Fast forward to the 1990’s, and now Dr. Erlingsson was hired as an expert in sediment spill monitoring by the Swedish government, during the building of the Öresund bridge and tunnel between Sweden and Denmark, and the dredging of a new navigation channel to the Baltic Sea. Seeing this ambitious project from the front seat, from the regulator’s perspective with full insight into the executor’s monitoring and analysis, he became convinced that it would be more cost-effective, and wise, to use a monitoring system of stationary SediMeters™ in a real-time network, monitoring the sediment accumulation and near-bed turbidity directly, and to connect permit conditions to the sensitivity of each biotope.

When Erlingsson in 2006 got an opportunity to manufacture the SediMeter™ instrument himself, he decided to create “the best siltation monitoring system in the world,” based on his experience from the Öresund project. Since he by then lived in Miami, he designed it with the purpose of monitoring hard bottoms—including coral reefs—when there were dredging operations going on nearby. His new version of the SediMeter™ that came out in 2007 was designed specifically for the requirements identified in the siltation monitoring white-paper.

Since the only transparent anti-fouling paint on the market was banned a few years back, he next had to develop a new method for keeping the sensor clean from biofouling. In 2013 he released the third generation SediMeter™, with exactly the same proven sensor, but with a mechanical cleaner integrated in the instrument from the outset (it is also offered without cleaner). It has no logger house at all, since everything has been made to fit on the half inch wide sensor PCB.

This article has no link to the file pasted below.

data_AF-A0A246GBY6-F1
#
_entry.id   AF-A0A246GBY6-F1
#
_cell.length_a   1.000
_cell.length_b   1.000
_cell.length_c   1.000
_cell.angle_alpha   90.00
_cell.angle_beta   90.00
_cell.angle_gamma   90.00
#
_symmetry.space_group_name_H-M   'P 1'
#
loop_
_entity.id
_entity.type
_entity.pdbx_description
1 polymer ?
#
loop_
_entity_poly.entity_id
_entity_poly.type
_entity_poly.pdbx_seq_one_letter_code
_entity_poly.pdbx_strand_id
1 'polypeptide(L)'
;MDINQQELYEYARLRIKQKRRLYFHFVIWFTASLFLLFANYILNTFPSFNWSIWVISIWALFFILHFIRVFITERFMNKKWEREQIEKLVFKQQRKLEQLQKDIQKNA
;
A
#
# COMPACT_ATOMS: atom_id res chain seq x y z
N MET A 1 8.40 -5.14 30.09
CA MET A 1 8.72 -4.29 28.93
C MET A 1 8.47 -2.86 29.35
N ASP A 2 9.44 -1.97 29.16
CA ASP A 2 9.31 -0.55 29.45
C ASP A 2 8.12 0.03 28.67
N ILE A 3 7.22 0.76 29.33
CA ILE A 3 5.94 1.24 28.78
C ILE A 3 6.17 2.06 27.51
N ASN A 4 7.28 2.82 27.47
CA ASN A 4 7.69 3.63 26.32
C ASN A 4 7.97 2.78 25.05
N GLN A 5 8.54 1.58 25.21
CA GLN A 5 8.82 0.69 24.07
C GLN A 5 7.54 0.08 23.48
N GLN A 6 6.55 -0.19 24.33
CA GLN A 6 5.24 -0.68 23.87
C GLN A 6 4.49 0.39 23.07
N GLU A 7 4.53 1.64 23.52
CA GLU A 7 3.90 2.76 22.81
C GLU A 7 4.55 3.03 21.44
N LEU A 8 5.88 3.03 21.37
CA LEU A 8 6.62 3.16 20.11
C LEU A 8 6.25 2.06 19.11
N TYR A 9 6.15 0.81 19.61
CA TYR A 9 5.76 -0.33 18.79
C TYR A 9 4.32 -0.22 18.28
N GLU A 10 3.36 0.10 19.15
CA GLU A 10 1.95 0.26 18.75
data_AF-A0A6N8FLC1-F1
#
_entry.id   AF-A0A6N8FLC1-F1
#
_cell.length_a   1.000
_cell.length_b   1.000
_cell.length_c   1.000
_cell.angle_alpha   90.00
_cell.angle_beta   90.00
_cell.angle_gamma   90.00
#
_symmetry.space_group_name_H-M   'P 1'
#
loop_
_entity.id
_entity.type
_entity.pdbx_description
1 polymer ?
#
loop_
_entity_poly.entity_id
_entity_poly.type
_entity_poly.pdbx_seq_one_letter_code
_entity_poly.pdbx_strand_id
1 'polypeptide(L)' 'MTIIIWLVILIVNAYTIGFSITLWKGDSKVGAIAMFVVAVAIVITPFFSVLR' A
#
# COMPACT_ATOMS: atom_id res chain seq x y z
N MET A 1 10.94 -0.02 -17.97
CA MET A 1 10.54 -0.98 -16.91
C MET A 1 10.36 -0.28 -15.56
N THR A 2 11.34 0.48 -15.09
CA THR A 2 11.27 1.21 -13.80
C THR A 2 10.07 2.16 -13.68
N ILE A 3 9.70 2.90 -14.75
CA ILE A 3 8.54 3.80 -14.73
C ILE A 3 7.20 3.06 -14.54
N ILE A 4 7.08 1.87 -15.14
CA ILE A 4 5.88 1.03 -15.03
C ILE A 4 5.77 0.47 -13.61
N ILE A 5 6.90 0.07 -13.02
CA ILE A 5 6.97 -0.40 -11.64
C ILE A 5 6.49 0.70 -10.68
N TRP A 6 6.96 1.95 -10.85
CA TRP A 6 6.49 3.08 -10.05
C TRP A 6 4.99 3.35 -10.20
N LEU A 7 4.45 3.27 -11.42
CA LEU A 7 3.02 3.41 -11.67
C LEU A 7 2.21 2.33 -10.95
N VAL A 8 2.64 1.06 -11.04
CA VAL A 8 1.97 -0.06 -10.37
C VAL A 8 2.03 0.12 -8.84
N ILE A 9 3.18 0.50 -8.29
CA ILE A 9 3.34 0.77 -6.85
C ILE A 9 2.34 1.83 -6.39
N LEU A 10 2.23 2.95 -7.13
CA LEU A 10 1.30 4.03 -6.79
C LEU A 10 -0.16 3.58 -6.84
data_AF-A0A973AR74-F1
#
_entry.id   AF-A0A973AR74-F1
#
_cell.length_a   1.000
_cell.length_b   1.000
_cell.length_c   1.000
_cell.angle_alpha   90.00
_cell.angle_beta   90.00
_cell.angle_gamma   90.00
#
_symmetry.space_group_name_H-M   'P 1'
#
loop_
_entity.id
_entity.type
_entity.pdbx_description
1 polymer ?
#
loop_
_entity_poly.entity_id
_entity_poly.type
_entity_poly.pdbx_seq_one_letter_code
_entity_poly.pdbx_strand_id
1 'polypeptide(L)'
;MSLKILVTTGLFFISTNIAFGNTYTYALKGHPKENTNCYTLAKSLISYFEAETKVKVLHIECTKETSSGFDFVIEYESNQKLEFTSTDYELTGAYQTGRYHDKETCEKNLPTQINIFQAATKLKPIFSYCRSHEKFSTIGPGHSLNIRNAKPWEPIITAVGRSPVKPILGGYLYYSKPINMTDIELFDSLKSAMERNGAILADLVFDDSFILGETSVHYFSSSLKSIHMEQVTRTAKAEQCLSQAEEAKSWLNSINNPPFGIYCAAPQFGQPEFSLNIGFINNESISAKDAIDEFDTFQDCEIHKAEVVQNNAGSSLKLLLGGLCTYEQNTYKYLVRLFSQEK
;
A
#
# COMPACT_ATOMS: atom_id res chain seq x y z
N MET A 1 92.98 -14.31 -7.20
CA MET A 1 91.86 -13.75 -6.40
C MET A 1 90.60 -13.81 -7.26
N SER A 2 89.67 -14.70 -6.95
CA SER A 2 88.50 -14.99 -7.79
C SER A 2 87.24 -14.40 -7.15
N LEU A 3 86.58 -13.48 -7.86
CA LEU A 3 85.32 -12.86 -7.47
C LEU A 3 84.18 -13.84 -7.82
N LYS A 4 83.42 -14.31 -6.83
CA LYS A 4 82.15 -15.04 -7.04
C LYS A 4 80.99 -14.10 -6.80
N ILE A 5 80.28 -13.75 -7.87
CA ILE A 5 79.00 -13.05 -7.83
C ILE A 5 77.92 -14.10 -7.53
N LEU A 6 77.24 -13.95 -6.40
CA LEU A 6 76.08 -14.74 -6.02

Next Dr. Erlingsson turned his attention to wireless networking. All SediMeters™ made in Miami can be networked using RS485, which allows for mile long cables, but cables cost money. After several semi-custom solutions, in 2015 he developed the SediLink™ radio modem with a built-in small solar panel that can sit on a buoy over a single or a few SediMeters™. This allows for mixed networks with radio links and cables. The radio modem has a socket for a radio that the customer himself can mount, meaning that wherever in the world the client is, there is a license-free radio available.

The SediMeter™, its program and network abilities were developed to fit the role of a siltation monitoring system, which was formulated based on experiences from the most ambitious sedimentation monitoring project in the world. That is why Dr. Erlingsson does not hesitate to say that in his opinion, his design is the best siltation monitoring system in the world.

Dr. Ulf Erlingsson
Dr. Ulf Erlingsson, CEO of Lindorm, Inc.